Two of the people in the picture can be identified. The man wearing the apron is named Noah Pinkney and the man sitting below him to the left is named Robert Young. The other men can not be identified except for the fact that it is assumed that they are George Norris, Sr., George Norris, Jr., and Sam Watts. The four men mentioned were janitors in 1873. It is possible, but very unlikely, that these men were the janitors from 1870 who were "Judge" Watts, Sam Watts, Andrew Beal, George Norris, and Robert Young, however "Judge Watts" retired in 1871 and he does not seem to resemble anyone in a Dickinson College yearbook where the janitors are pictured. Evidence leads to the conclusion that these janitors are the same as in the 1873 group even though only one janitor can be positively identified as Robert Young. Robert Young was the janitor in charge of the First Section of East College.
The second man who can be certainly identified was known to generations
of young Dickinsonians. Although Noah Pinkney was not a member of
the Dickinson College list of employees, he had a tremendous impact on
the college. Noah, known as "Pink" or "Uncle Noah", was born in Frederick
County, Maryland on December 31, 1846. He was born a slave, but after
the Civil War and with Lincoln's Emancipation Proclamation, he was free.
In 1863, he came to Harrisburg and enlisted in the Union Army, in 1864.
He served under General Butler and was present at Appomattox Court House
in April 1865 when General Lee surrendered. Shortly after, he sailed
on a transport from Fortress Monroe, Virginia to Brad's Island, Texas.
He was then discharged and he made his way back to Harrisburg where he
lived for nearly 20 years. In 1884 he moved to Carlisle and made himself
a legend by 1885.
"Pink" sold pretzels, sandwiches, ice cream, cakes, and pies for nineteen years just outside of the East College gate. On cold winter days he could be found under the steps of East College, but on the coldest of days he would sell his treats from his three room house on West Street. He enjoyed catering to the Dickinson community and the students enjoyed his treats. Students would listen for his common line of "Fine as silk, sah. Dickinson sand witches, fine as silk." "Pink" was told in 1894 that he was forbidden to sell his treats on campus, but the students went out to find him anyway, as quoted in the May, 1895 issue of the Dickinsonian, "Once more is heard, the old, familiar cry, 'Let's go to Pinkney's'". Pink died at his home on North West Street on August 6, 1923 at the age of 77. He had suffered from a sickness that lasted several months after a slight stroke.(2)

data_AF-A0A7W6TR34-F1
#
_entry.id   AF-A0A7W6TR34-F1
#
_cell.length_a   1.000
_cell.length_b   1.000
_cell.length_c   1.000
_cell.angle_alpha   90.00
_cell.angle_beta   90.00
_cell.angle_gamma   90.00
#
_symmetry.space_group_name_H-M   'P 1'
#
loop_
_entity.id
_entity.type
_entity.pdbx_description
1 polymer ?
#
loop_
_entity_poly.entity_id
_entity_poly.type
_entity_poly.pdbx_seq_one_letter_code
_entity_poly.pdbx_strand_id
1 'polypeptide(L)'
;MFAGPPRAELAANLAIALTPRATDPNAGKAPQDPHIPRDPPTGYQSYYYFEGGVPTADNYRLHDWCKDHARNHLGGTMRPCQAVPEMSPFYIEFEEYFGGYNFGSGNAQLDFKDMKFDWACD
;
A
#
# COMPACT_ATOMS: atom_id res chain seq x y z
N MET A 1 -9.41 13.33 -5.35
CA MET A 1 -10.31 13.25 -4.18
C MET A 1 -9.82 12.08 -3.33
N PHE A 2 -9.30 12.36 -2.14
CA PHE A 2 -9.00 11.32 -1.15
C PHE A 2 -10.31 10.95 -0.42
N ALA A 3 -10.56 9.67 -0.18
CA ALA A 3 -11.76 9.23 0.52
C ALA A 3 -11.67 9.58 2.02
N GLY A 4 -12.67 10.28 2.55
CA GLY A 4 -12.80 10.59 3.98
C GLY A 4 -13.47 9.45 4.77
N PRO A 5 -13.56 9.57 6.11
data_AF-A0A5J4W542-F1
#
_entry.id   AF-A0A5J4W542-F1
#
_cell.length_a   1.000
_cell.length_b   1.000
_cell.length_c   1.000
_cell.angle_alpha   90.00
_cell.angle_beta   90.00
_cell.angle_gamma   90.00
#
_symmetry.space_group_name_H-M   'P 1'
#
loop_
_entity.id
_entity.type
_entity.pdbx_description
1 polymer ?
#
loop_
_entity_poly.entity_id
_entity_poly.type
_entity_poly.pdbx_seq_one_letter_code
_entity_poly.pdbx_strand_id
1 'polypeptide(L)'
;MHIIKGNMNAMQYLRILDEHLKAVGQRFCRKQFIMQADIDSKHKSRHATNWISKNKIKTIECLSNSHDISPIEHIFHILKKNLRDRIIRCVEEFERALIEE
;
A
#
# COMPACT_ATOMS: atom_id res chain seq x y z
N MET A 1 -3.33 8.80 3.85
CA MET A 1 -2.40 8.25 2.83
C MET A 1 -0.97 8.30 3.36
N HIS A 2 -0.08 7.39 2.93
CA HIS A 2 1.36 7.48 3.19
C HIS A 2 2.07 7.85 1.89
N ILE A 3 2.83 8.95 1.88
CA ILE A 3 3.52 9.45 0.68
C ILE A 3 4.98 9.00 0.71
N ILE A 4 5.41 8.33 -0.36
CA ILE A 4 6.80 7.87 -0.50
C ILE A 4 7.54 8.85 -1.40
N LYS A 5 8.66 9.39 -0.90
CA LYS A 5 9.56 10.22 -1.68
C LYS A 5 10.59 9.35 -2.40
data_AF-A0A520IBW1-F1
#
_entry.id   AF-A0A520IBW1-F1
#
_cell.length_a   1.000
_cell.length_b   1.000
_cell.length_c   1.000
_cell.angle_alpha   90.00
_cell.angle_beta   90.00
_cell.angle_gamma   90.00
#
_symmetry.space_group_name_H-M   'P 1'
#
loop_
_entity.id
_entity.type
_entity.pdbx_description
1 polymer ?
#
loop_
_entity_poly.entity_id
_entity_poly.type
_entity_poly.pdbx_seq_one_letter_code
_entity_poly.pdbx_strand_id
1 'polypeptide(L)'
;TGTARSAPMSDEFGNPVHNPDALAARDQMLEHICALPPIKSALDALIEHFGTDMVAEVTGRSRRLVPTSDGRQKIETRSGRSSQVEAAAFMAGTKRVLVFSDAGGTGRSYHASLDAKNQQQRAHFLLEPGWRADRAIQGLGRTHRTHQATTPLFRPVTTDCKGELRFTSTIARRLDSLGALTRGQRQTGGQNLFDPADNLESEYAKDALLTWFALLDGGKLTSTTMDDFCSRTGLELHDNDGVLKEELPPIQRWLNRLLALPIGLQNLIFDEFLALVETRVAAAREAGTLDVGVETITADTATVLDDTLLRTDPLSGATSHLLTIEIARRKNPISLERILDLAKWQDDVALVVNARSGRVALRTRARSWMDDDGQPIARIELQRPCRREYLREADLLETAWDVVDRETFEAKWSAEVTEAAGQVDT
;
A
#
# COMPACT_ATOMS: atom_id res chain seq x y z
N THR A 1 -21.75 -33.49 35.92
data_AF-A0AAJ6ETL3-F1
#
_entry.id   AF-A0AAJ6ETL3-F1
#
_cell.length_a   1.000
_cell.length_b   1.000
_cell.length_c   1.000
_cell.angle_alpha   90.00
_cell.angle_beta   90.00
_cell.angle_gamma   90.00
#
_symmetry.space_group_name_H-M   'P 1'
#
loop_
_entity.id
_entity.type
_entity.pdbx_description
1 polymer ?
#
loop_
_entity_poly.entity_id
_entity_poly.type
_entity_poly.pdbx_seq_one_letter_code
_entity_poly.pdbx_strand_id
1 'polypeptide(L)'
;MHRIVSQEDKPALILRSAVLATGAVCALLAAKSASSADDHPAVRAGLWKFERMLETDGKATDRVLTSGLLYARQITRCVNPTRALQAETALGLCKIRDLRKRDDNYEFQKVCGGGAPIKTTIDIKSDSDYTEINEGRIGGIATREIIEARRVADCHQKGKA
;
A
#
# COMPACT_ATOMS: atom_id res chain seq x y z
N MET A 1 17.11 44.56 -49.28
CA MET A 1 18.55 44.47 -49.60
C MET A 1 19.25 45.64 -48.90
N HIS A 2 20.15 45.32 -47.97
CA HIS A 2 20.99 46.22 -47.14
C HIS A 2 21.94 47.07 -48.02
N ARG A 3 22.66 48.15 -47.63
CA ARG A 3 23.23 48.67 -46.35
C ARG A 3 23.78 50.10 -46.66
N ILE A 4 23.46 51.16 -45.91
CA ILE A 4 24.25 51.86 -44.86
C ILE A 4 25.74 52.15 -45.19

"Pink" remains a legend for the College and around 1952 a plaque
was hung on the East College gate on the side facing the campus.
NEAR THE EAST COLLEGE GATE WHERE
FOR MORE THAN FORTY YEARS NOAH
PINKNEY, FORMER SLAVE AND CHRISTIAN
GENTLEMAN, SOLD PRETZELS AND GAVE
LAVISHLY OF HIS FRIENDSHIP... AS
MUCH A PART OF THE COLLEGE AS
THE MERMAID OF OLD WEST. HE PASSED
OVER JORDAN AT THE AGE OF 77 ON
AUGUST 6, 1923, AND THE TRUMPETS
SOUNDED ON THE OTHER SIDE.
Editor's note: At the Convocation of Dickinson's academic year in
September 1999, the new class of 2003 marched together through the East
College Gate both to honor the memory of Noah Pinkney and symbolize
the College's historical relationship with the wider Carlisle community.
John Osborne, October 1999
1). Sellers, Charles
Coleman. Dickinson College: A History. Middletown, CT: Wesleyan
Univ. Press, 1973, p. 581-2.
2). Drop File on Noah Pinkney, May Morris Room, Dickinson College Archives.